Aspects of the use of medical decision-support systems: the role of context in decision support
2001 (English)Doctoral thesis, comprehensive summary (Other academic)
There is a great need today for distribution of medical information. The amount of information is growing quickly, and information that could potentially influence clinical practice fails to reach health care professionals. The supply of information to health care has from the start been the main goal of medical informatics. However, with very few exceptions, the systems developed to support the formalization and distribution of medical knowledge, i.e. decision-support or expert systems, have not attained clinical use. Thus, since there is an unsatisfied need for information and the methods developed so far have been successful to only a limited extent, it is important to gain insight into both how decision-support systems are used and which of their properties may influence the usability.
This thesis describes aspects of the use of medical decision-support systems by looking at two prototype implementations of such systems. The prototypes concerned bacterial endocarditis and urinary tract infections respectively. The first prototype system was evaluated and a theory of the use of the system was developed, thereby leading to further theorization and the development of a new system design. The goal of the system designs was to facilitate the interpretation and assessment of generated advice. This kind of support was realized by applying an expertext system model, a model that supports triangulation of decision-support methods and information sources. To organize the information in an expertext environment, a common terminological domain model was used in the second system design. In the theorization, a special focus was on contextual aspects of system use. Differences between knowledge provider and end-user contexts concerning the use of decision-support systems were analyzed. The importance of support for multi-perspective interpretation of system output such as is present in our system designs was confirmed.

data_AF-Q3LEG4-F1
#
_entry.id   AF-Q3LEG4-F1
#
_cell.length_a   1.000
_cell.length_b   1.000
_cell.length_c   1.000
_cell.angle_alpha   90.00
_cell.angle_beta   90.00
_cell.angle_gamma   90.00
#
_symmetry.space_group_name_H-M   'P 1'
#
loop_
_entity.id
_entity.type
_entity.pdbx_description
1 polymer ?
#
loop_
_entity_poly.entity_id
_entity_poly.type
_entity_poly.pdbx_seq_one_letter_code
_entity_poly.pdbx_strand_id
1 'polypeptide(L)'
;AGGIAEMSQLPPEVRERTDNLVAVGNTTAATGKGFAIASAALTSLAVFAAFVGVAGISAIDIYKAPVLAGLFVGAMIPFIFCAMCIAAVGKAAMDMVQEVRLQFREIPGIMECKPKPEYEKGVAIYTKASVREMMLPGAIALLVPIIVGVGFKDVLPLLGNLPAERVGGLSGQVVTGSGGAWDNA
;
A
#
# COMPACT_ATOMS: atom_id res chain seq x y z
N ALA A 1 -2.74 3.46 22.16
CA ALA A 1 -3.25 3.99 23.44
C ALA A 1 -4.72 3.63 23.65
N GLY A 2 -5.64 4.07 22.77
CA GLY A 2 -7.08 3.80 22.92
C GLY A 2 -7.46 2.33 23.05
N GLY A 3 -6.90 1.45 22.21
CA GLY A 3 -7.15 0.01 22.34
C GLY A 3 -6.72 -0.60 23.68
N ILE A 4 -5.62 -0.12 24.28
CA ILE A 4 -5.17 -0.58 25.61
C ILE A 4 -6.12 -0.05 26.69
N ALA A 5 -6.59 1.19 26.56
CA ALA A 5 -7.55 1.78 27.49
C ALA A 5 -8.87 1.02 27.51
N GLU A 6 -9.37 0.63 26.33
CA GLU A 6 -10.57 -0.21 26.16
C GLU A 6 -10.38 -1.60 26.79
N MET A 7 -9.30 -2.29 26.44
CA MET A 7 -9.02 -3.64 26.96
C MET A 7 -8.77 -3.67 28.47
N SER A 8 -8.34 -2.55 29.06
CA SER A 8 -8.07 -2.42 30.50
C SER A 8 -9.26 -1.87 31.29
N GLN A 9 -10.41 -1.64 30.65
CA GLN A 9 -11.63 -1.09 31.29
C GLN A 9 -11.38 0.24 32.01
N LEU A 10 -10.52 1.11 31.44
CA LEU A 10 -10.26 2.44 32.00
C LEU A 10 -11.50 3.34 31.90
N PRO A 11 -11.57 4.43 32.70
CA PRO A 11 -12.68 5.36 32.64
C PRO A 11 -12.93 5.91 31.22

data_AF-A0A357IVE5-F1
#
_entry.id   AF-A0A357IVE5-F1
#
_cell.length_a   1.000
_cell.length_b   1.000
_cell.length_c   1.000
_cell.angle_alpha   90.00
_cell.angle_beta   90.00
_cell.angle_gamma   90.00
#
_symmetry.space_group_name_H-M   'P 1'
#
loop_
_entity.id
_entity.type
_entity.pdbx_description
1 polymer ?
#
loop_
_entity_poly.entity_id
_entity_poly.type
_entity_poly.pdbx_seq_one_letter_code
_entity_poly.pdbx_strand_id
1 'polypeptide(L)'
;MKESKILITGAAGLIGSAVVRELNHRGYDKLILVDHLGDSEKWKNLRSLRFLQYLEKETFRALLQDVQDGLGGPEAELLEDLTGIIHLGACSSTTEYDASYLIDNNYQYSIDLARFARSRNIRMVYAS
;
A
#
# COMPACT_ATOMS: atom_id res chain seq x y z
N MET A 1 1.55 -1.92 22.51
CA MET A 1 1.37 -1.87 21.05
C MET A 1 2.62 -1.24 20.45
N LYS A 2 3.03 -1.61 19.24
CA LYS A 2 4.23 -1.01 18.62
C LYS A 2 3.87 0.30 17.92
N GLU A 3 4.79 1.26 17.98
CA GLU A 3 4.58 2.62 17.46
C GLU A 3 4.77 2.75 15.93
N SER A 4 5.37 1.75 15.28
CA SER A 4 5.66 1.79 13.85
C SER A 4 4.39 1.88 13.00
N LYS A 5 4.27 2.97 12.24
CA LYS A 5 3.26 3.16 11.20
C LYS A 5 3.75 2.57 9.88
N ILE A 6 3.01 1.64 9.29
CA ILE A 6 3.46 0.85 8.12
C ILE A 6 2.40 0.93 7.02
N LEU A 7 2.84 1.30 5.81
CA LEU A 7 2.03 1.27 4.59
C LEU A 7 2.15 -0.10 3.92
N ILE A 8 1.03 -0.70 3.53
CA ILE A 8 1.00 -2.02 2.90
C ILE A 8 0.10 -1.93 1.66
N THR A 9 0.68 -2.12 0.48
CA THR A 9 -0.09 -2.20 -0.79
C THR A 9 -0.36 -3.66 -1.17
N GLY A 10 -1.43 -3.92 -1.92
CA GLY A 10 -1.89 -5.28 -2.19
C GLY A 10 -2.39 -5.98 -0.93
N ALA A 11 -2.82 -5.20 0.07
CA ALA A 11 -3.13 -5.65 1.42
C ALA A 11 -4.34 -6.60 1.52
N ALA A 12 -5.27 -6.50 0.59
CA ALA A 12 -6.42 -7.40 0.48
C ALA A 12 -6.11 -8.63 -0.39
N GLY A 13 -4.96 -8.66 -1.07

Place, publisher, year, edition, pages
Linköping: UNIT , 2001. , 45 p.
Linköping Studies in Science and Technology. Dissertations, ISSN 0345-7524 ; 662
Medical and Health Sciences
IdentifiersURN: urn:nbn:se:liu:diva-29007Local ID: 14240ISBN: 91-7219-896-6OAI: oai:DiVA.org:liu-29007DiVA: diva2:249819
2001-01-09, Sal 1, Farmakologen, Plan 8, Universitetssjukhuset, Linköping, 09:00 (Swedish)
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